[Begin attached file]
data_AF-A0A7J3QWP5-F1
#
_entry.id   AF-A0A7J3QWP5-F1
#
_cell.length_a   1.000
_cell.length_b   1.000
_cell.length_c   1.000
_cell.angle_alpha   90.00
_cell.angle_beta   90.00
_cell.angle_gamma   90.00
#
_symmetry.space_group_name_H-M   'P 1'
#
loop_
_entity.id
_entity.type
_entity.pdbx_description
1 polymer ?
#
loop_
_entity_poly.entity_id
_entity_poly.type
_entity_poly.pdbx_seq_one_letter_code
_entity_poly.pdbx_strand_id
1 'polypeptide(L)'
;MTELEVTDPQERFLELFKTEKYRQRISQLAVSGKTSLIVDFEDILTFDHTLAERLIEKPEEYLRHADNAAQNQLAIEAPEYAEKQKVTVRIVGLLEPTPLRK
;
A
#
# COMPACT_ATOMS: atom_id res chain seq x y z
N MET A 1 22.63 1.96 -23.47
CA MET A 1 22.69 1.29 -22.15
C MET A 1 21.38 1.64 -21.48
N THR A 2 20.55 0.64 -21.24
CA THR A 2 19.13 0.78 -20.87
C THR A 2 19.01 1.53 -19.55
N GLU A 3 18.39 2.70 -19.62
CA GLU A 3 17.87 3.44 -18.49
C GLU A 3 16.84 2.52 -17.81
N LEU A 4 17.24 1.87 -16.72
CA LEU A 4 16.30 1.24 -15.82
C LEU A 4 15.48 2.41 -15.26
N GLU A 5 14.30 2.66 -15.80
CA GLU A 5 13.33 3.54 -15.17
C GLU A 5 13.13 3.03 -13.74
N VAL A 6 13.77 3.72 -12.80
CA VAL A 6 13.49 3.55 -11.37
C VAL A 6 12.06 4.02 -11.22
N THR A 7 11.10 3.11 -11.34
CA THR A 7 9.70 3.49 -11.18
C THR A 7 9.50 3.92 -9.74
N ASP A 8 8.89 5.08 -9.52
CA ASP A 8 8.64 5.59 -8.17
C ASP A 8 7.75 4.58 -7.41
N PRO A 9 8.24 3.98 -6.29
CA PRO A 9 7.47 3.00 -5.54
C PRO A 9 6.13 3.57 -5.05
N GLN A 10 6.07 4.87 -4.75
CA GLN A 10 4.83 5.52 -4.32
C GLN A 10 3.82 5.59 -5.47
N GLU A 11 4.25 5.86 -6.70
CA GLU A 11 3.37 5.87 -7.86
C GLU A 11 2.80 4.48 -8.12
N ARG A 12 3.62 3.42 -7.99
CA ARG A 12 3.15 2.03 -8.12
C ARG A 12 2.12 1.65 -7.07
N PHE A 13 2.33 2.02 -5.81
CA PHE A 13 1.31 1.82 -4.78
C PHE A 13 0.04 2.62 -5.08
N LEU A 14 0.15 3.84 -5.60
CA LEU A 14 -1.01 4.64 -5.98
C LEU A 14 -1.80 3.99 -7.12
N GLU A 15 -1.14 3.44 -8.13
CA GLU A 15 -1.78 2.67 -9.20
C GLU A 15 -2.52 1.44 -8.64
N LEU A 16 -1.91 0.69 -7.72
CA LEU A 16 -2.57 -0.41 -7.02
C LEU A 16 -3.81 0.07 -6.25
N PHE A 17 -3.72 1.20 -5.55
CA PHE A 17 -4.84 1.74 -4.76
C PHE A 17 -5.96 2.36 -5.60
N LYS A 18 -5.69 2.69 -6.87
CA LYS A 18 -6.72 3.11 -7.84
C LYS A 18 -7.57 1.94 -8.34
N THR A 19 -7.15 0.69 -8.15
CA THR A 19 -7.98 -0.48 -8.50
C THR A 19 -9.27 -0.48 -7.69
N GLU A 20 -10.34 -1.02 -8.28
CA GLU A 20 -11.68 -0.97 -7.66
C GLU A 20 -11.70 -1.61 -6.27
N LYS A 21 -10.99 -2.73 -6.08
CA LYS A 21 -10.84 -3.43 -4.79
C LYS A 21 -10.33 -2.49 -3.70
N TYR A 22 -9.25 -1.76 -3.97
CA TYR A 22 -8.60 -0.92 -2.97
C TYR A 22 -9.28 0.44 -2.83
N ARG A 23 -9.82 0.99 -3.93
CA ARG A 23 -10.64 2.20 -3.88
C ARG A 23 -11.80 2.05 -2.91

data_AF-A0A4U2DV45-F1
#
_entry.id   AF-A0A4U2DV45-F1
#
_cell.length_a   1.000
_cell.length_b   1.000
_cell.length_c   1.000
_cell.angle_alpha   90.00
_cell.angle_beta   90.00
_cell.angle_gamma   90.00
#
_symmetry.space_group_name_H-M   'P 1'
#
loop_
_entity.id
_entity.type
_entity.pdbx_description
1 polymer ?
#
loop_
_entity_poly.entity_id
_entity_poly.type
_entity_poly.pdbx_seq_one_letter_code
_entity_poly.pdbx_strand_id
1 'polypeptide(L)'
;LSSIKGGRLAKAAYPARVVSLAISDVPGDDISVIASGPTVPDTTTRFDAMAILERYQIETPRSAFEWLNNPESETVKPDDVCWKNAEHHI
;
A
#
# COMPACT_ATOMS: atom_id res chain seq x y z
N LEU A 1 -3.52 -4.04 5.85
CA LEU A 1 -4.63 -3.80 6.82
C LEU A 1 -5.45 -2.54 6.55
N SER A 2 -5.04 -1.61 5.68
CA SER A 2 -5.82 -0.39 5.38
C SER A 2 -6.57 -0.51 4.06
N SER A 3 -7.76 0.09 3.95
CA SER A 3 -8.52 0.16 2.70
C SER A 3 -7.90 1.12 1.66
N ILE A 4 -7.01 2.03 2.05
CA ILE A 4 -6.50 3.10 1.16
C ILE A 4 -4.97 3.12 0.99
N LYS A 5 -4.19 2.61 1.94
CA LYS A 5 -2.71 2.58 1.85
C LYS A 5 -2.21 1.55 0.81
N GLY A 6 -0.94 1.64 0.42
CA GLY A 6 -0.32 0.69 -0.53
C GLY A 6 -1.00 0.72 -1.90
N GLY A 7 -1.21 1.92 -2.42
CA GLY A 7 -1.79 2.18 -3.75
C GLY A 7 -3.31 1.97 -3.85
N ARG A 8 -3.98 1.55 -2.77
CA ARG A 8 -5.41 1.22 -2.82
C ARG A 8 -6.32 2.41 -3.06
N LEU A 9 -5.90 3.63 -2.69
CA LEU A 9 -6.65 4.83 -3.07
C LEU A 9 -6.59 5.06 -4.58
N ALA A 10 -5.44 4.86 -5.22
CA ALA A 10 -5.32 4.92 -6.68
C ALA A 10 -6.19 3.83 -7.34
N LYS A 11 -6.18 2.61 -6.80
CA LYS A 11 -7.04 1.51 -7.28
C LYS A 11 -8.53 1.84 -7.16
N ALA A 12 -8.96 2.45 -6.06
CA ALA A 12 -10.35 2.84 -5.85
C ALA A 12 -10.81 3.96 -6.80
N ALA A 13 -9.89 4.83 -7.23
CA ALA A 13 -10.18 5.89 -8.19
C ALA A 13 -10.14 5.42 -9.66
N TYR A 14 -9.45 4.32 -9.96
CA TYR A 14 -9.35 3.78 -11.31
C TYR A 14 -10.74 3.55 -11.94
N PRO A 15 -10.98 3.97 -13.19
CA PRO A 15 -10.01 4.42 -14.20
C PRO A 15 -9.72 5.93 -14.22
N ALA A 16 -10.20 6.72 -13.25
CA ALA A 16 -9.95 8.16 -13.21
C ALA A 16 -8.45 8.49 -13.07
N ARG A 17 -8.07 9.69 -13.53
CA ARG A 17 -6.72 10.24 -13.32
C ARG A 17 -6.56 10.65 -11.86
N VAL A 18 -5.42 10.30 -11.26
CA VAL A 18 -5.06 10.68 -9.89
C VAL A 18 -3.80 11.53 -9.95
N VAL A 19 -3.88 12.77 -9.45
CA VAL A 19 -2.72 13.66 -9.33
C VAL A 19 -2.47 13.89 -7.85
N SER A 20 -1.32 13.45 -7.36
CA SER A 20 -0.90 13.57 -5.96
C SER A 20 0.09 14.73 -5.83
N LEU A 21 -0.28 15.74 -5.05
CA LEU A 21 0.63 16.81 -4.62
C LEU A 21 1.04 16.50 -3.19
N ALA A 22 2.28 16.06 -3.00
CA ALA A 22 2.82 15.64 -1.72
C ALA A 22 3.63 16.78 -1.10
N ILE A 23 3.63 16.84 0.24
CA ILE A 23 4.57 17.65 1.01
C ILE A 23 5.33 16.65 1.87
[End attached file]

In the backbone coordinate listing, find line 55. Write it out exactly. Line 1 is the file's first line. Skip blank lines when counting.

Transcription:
N PRO A 9 8.24 3.98 -6.29